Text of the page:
Parallax- Libby and Virginia talk

Libby should take a page from Elise’s playbook and be more assertive. She shouldn’t have to scrape, beg and plead for Bill to do something that he’s fully capable of. After all, the fallout from Bill’s presentation has affected her, too, as she must endure the scorn directed toward Bill. But to see her drag Bill to a gala is frustrating because she ought to know that this won’t work. She had that moment in the episode where Virginia mentioned that trying to force Bill to do something wouldn’t work. Not saying Libby shouldn’t try at all, but take a different approach.

And be more up front with your husband! Libby already suspected last season that the naked woman in the presentation might have been Virginia and even questioned Bill on it. With Virginia potentially working with Bill again, she has good reason to be curious about the nature of his work relationship with Virginia. Like Vivian and Elise, Libby deserves better than the man she has. She can’t handle the baby by herself and she shouldn’t have to. However, I’m glad Libby at least still has a friendship with Virginia, even if it could be on the verge of ending.

Parallax- Bill in the dark

Then we come to the man himself. Like Martin Freeman’s work on Fargo, I’m surprised at how well Michael Sheen is able to transform into this despicable character. His facial expressions show something deeper than Bill lets on. He’s not entirely a bad person, as he does show concern for Barton during the shock therapy. As a doctor, he’s still trying to rationalize everything with scientific jargon, but that doesn’t apply when it comes to his relationship with his family. He tells Virginia that he’s a happily married man, but nothing could be further from the truth.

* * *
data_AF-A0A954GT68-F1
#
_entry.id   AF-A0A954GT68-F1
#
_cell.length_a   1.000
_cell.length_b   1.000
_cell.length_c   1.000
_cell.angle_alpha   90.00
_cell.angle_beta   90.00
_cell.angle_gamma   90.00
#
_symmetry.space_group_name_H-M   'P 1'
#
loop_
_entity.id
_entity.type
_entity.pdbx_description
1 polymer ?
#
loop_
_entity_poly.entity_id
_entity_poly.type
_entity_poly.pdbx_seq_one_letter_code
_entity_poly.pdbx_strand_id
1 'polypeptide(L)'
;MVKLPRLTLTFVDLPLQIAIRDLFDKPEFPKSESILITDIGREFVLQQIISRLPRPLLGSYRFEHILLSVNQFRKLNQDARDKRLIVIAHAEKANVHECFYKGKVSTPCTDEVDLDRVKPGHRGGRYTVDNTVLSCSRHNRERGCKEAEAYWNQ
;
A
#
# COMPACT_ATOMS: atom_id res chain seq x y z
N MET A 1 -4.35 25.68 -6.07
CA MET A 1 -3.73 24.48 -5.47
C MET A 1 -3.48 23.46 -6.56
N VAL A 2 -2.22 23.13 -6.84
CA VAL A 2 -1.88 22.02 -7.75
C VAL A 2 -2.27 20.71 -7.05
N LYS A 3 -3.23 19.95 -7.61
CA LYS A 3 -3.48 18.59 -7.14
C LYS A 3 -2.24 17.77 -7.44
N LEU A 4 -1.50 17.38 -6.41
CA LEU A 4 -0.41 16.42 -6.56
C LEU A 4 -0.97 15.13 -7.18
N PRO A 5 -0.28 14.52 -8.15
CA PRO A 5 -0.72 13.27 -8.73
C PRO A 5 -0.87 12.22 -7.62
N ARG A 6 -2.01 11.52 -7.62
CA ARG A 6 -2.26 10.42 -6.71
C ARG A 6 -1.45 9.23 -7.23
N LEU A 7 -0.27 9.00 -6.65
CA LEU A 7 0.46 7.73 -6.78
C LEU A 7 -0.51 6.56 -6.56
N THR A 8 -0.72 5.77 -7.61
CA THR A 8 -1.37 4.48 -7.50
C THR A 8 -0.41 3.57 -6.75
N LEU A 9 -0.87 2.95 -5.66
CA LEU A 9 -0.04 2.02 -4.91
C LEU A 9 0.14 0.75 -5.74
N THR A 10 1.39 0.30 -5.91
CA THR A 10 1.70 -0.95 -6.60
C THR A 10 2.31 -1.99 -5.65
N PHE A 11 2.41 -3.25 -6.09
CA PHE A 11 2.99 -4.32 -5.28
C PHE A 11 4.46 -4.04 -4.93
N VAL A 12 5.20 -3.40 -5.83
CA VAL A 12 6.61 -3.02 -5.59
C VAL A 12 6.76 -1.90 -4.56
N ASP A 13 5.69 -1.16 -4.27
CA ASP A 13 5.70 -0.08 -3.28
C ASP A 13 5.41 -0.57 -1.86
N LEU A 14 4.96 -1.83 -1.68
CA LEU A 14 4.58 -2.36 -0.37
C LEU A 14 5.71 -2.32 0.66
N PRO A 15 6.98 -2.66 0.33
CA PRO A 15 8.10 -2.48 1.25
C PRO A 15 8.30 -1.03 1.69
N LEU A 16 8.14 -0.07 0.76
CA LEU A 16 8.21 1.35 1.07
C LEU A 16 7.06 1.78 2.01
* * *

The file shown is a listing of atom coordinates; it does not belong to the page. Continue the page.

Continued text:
Parallax- Bill tells Essie that Baby James isn't Jesus

He seems absolutely disgusted by the baby, as if he doesn’t even want to acknowledge its existence. Trying to drown the crying with music was a nice callback to what Essie did when her husband beat Bill, but also shows how much Bill is becoming just like his parents. It’s disheartening to see, but Sheen’s performance in the scene where he faces off with Essie was well done. The smug grin on his face, how he rambles openly about his affair with Virginia, this is a man with many burdens and his only way to work out his feelings is to cheat on his wife. Granted, Bill doesn’t have a new job yet, but at the same time, he has a decent amount of money, a wife and child. The problem is that he doesn’t fully appreciate them. He probably never will until he suffers another huge loss, as was the case with the miscarriage. He’s as emotionally distant as he was before. Bill sits on a lot of rage and because he has few outlets to express it, he lets his anger build until he explodes.

And just like Bill to try and tell Virginia that it would be a mistake to end their affair. Always the doctor, aren’t you, William Masters? He’s a little condescending when he tells Virginia that he doesn’t want her to think he’s leading her on, but he has to know that this affair is having a negative impact on her life. When Bill overhears Virginia talking with Ethan, there’s real regret on his face, as if he knows that his involvement is keeping Virginia away from Ethan. More than that, when the two have sex, Bill has nothing but absolute relief on his face, as if he’d been working up to this moment and Virginia needs to be there with him.

Parallax- Virginia talks with Dr. DePaul